I love wooden planes, too. Didn't mean to imply otherwise. I've just found making round ones out of square ones using a flat-sole plane to be surprisingly easy. For me, easier than dealing with changing radii.

I think the "rounds" would be much more useful in boatbuilding. There's no way to back-out carvel plank with a flat-sole plane. I've been watching for what John Gardner referred to as a backing-out plane for a while. I even started to try making one once, but got distracted.

And wooden spokeshaves have the metal ones beat nine ways to Sunday!

Here's a listing of used tool dealers that could be a source for your spar plane:

http://www.cs.cmu.edu/~alf/en/tools.html

Wayne


[This message has been edited by Wayne Jeffers (edited 02-22-2001).]

Wayne Jeffers
02-22-2001, 02:51 PM
Paul,

I love wooden planes, too. Didn't mean to imply otherwise. I've just found making round ones out of square ones using a flat-sole plane to be surprisingly easy. For me, easier than dealing with changing radii.

I think the "rounds" would be much more useful in boatbuilding. There's no way to back-out carvel plank with a flat-sole plane. I've been watching for what John Gardner referred to as a backing-out plane for a while. I even started to try making one once, but got distracted.

And wooden spokeshaves have the metal ones beat nine ways to Sunday!

Here's a listing of used tool dealers that could be a source for your spar plane:

http://www.cs.cmu.edu/~alf/en/tools.html

Wayne


[This message has been edited by Wayne Jeffers (edited 02-22-2001).]

Wayne Jeffers
02-22-2001, 02:51 PM
Paul,

I love wooden planes, too. Didn't mean to imply otherwise. I've just found making round ones out of square ones using a flat-sole plane to be surprisingly easy. For me, easier than dealing with changing radii.

I think the "rounds" would be much more useful in boatbuilding. There's no way to back-out carvel plank with a flat-sole plane. I've been watching for what John Gardner referred to as a backing-out plane for a while. I even started to try making one once, but got distracted.

And wooden spokeshaves have the metal ones beat nine ways to Sunday!

Here's a listing of used tool dealers that could be a source for your spar plane:

http://www.cs.cmu.edu/~alf/en/tools.html

Wayne


[This message has been edited by Wayne Jeffers (edited 02-22-2001).]

noquiklos
02-22-2001, 08:26 PM
I must be WAY out of the traditional boatbuilding loop! For hollowing, I use a 4 1/2" angle grinder and finish with sandpaper. Fast and easy. For rounding, a Stanley block plane, the palm of my hand, and sandpaper. I guess I'll have to donate my woodies to a proper craftsman.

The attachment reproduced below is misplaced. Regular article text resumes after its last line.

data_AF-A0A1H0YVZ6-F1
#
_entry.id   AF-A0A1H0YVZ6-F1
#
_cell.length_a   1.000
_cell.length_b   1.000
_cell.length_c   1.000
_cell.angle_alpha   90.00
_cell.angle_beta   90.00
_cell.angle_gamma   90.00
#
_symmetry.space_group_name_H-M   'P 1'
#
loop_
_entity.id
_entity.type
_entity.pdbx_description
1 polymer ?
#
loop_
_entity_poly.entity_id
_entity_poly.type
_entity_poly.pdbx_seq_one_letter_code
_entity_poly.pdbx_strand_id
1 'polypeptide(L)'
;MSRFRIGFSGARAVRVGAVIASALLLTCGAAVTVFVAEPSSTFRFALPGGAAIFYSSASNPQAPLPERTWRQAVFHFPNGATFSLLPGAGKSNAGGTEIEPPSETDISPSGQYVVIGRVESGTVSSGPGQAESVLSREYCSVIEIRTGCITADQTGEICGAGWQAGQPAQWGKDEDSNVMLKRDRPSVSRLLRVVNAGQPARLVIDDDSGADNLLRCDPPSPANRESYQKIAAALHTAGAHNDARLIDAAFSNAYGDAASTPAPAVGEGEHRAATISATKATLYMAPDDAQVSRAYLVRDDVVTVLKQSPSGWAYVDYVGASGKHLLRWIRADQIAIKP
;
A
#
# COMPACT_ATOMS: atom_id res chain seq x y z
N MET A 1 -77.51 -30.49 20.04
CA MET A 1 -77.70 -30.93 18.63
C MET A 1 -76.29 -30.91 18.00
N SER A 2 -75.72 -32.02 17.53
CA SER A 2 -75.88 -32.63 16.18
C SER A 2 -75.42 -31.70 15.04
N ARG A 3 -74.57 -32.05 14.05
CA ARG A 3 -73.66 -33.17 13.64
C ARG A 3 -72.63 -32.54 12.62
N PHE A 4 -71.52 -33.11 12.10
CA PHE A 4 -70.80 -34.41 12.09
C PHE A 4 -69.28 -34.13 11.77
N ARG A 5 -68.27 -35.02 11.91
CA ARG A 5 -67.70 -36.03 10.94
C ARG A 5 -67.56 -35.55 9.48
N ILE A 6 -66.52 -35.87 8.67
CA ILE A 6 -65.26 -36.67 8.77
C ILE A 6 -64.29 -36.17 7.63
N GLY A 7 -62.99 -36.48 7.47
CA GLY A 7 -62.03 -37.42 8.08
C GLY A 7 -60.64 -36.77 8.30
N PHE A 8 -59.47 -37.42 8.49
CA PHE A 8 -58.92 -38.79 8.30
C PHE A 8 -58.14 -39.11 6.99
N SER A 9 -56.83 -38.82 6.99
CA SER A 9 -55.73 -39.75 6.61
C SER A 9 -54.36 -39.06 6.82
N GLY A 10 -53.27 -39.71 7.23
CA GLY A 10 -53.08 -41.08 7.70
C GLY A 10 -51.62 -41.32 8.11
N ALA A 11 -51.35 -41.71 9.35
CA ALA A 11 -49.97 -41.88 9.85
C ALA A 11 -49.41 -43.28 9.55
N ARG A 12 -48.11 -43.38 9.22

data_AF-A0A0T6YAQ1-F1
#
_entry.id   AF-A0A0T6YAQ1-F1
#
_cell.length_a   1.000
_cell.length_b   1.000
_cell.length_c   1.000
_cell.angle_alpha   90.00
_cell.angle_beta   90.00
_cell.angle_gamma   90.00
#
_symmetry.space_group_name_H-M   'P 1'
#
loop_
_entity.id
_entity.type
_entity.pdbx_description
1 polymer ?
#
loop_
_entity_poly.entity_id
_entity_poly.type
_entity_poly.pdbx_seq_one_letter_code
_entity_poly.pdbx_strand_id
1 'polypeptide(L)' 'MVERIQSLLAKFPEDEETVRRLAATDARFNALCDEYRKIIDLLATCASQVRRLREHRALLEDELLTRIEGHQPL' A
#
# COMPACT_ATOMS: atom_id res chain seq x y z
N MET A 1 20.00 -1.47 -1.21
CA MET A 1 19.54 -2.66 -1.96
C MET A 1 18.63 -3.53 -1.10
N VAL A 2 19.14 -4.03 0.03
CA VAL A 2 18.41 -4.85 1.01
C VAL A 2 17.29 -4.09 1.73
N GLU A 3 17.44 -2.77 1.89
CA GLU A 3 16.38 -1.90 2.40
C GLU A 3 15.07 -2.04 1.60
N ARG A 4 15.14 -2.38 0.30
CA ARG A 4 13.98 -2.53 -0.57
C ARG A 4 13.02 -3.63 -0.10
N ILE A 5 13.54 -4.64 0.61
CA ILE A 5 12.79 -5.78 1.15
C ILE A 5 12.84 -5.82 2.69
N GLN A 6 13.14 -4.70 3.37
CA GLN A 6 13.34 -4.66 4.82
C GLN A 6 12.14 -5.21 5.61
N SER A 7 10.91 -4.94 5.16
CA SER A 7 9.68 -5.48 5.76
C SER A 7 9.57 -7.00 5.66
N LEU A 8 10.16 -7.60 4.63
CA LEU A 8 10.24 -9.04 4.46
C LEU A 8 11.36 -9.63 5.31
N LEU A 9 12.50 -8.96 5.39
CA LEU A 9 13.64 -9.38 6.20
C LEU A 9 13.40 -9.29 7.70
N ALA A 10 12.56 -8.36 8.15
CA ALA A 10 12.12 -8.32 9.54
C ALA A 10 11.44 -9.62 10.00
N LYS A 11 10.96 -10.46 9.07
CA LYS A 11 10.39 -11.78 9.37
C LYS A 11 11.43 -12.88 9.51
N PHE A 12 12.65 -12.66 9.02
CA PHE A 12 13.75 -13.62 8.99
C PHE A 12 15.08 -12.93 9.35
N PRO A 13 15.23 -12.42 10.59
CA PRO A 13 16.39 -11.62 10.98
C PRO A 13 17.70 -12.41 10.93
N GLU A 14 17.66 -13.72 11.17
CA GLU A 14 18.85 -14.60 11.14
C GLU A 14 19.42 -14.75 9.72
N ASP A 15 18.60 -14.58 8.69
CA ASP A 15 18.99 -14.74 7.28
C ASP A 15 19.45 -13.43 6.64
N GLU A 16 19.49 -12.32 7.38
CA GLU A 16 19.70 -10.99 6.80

Not!
Roy

noquiklos
02-22-2001, 08:26 PM
I must be WAY out of the traditional boatbuilding loop! For hollowing, I use a 4 1/2" angle grinder and finish with sandpaper. Fast and easy. For rounding, a Stanley block plane, the palm of my hand, and sandpaper. I guess I'll have to donate my woodies to a proper craftsman.
Not!
Roy

noquiklos
02-22-2001, 08:26 PM
I must be WAY out of the traditional boatbuilding loop! For hollowing, I use a 4 1/2" angle grinder and finish with sandpaper. Fast and easy. For rounding, a Stanley block plane, the palm of my hand, and sandpaper. I guess I'll have to donate my woodies to a proper craftsman.
Not!
Roy

Lazy Jack
02-23-2001, 12:50 PM
For backing out carvel planks I have used a box scraper, Kind of a mini plane with a slightly rounded sole and square footprint pulled on a pivoting wooden handle. Works great and makes great shavings, none of the dust of a grinder and almost as fast.

Lazy Jack
02-23-2001, 12:50 PM
For backing out carvel planks I have used a box scraper, Kind of a mini plane with a slightly rounded sole and square footprint pulled on a pivoting wooden handle. Works great and makes great shavings, none of the dust of a grinder and almost as fast.

Lazy Jack
02-23-2001, 12:50 PM
For backing out carvel planks I have used a box scraper, Kind of a mini plane with a slightly rounded sole and square footprint pulled on a pivoting wooden handle. Works great and makes great shavings, none of the dust of a grinder and almost as fast.

Bob Cleek
02-23-2001, 06:46 PM